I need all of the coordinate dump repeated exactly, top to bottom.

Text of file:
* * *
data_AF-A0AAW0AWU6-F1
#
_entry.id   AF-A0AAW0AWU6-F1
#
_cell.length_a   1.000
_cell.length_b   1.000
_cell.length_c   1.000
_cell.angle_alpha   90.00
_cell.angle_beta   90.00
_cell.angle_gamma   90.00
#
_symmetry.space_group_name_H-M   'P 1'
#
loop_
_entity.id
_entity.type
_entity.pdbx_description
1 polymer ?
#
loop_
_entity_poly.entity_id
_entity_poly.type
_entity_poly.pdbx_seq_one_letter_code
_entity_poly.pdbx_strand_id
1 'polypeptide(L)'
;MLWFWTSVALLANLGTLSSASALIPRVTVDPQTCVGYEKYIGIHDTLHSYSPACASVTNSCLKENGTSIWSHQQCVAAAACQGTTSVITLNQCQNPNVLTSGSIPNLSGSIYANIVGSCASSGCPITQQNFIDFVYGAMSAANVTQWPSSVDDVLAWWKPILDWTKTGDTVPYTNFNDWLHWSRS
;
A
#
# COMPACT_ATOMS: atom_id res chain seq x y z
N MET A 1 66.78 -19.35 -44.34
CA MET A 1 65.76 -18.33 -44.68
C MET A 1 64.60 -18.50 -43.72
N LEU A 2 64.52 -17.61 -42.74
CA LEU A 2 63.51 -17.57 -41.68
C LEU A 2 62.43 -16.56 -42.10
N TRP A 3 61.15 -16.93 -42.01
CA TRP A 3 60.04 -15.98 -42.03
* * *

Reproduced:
data_AF-A0AAW0AWU6-F1
#
_entry.id   AF-A0AAW0AWU6-F1
#
_cell.length_a   1.000
_cell.length_b   1.000
_cell.length_c   1.000
_cell.angle_alpha   90.00
_cell.angle_beta   90.00
_cell.angle_gamma   90.00
#
_symmetry.space_group_name_H-M   'P 1'
#
loop_
_entity.id
_entity.type
_entity.pdbx_description
1 polymer ?
#
loop_
_entity_poly.entity_id
_entity_poly.type
_entity_poly.pdbx_seq_one_letter_code
_entity_poly.pdbx_strand_id
1 'polypeptide(L)'
;MLWFWTSVALLANLGTLSSASALIPRVTVDPQTCVGYEKYIGIHDTLHSYSPACASVTNSCLKENGTSIWSHQQCVAAAACQGTTSVITLNQCQNPNVLTSGSIPNLSGSIYANIVGSCASSGCPITQQNFIDFVYGAMSAANVTQWPSSVDDVLAWWKPILDWTKTGDTVPYTNFNDWLHWSRS
;
A
#
# COMPACT_ATOMS: atom_id res chain seq x y z
N MET A 1 66.78 -19.35 -44.34
CA MET A 1 65.76 -18.33 -44.68
C MET A 1 64.60 -18.50 -43.72
N LEU A 2 64.52 -17.61 -42.74
CA LEU A 2 63.51 -17.57 -41.68
C LEU A 2 62.43 -16.56 -42.10
N TRP A 3 61.15 -16.93 -42.01
CA TRP A 3 60.04 -15.98 -42.03